Walking to Piccotts End


Yesterday we took a favourite walk to the garden centre at Piccotts End which does very good coffee. The sun was shining brightly and the crocuses bloomed everywhere. These are in my front garden.

In 1539 King Henry VIII granted a charter to make Hemel a market town. Also it is said that when he visited Hemel Hempstead with Anne Boleyn he stayed at the Bury in  Gadebridge Park, all that remains is the charter tower. Local history has it that Henry VIII handed down the charter for the town of Hemel Hempstead from the upper window ochurchf this tower. A ‘new’ house ,built in the early 19th century when this one was knocked down, is now the register office.gate

St Mary’s church  was started in 1140 and completed about 40 years later. The recently restored spire looks wonderful in the spring sunlight.The old walls of the Bury now surround a formal garden.


Robins sing all around to claim the best spots. We stand clear of the huge branch which broke off a beech tree during the recent storms. Its bursting buds still look alive.kingcupfield

 The first kingcups light up the hedgerow in the lane. A horse drinks from a large puddle that has made a new pond in his field.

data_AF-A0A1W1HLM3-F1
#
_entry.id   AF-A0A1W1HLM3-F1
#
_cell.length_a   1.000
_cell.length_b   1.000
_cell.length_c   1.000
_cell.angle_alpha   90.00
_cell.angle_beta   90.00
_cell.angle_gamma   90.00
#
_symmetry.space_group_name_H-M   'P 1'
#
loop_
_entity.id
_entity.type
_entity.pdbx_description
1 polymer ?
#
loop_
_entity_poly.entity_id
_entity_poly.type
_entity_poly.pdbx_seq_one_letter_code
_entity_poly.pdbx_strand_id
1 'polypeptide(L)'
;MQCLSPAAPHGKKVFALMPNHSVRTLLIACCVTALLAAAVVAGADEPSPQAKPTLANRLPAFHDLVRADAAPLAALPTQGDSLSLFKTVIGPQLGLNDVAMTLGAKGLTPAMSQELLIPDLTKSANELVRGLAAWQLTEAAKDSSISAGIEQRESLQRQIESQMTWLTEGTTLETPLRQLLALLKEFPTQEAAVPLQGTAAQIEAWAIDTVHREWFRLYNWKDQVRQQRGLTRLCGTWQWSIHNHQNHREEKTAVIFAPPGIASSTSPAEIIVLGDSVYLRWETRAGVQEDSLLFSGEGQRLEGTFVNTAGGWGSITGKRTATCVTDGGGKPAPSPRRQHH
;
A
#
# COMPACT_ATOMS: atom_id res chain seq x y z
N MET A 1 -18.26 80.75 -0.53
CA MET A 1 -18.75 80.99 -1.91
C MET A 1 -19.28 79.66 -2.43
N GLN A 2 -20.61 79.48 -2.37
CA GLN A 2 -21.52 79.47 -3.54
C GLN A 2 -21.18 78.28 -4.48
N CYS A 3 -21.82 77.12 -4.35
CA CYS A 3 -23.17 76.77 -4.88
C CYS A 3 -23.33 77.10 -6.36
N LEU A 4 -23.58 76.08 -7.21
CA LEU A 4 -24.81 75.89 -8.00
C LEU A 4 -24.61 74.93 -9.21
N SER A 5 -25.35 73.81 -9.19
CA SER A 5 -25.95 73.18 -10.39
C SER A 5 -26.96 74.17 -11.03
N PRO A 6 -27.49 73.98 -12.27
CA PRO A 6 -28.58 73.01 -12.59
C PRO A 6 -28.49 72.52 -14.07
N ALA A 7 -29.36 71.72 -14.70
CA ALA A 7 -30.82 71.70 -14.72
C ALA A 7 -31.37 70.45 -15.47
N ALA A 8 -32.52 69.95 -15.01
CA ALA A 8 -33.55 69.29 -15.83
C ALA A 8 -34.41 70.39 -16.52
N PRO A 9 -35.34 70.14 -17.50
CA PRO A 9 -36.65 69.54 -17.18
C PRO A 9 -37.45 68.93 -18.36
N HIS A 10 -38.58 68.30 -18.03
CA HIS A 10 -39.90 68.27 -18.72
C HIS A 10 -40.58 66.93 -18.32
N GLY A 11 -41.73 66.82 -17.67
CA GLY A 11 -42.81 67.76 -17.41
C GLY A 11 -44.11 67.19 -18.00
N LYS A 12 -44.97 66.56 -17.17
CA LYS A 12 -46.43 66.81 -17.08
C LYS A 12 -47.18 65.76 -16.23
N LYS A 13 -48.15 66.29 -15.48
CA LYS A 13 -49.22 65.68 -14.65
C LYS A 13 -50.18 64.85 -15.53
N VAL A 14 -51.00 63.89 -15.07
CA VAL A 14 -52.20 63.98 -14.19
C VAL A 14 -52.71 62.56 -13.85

oldinnpilgrimbadgePiccotts End is a lovely old village, once on a Pilgrim route to St Albans. Many of the houses used to be inns and their walls still have the little badges that pilgrims collected on their way.


The 15th century Piccotts End Farm still sells duck eggs. Its smithy is also a remarkable reminder of the recent past. I love its uneven floor plan and beautiful structure.

Across the road, the old almshouses conceal their treasure, the amazing medieval murals depicting biblical scenes, rediscovered in 1953 hidden under panelling, and thought to have been hidden in the puritan era to protect them, but rarely available to see.


A lottery bid is under way to make a museum so that everyone can view them. The building had many uses including Sir Astley Cooper’s hospital in the 19th century, but historians believe that  in medieval times it was a pilgrim hostel belonging to a local abbey and the paintings would have encouraged pilgrims in their quest to see the shrine of St Alban.


The old watermill operated until the 1980s but a disastrous fire in 1991 destroyed much of its outbuildings and roof. The main building has been rescued but it has been converted into attractive apartments. The river Gade still rushes past but no longer powers a mill.


We are nearly at our destination. A good thing too, as the clouds are bubbling up over the hills. We have a pleasant coffee in the garden centre before returning home laden with rock plants.



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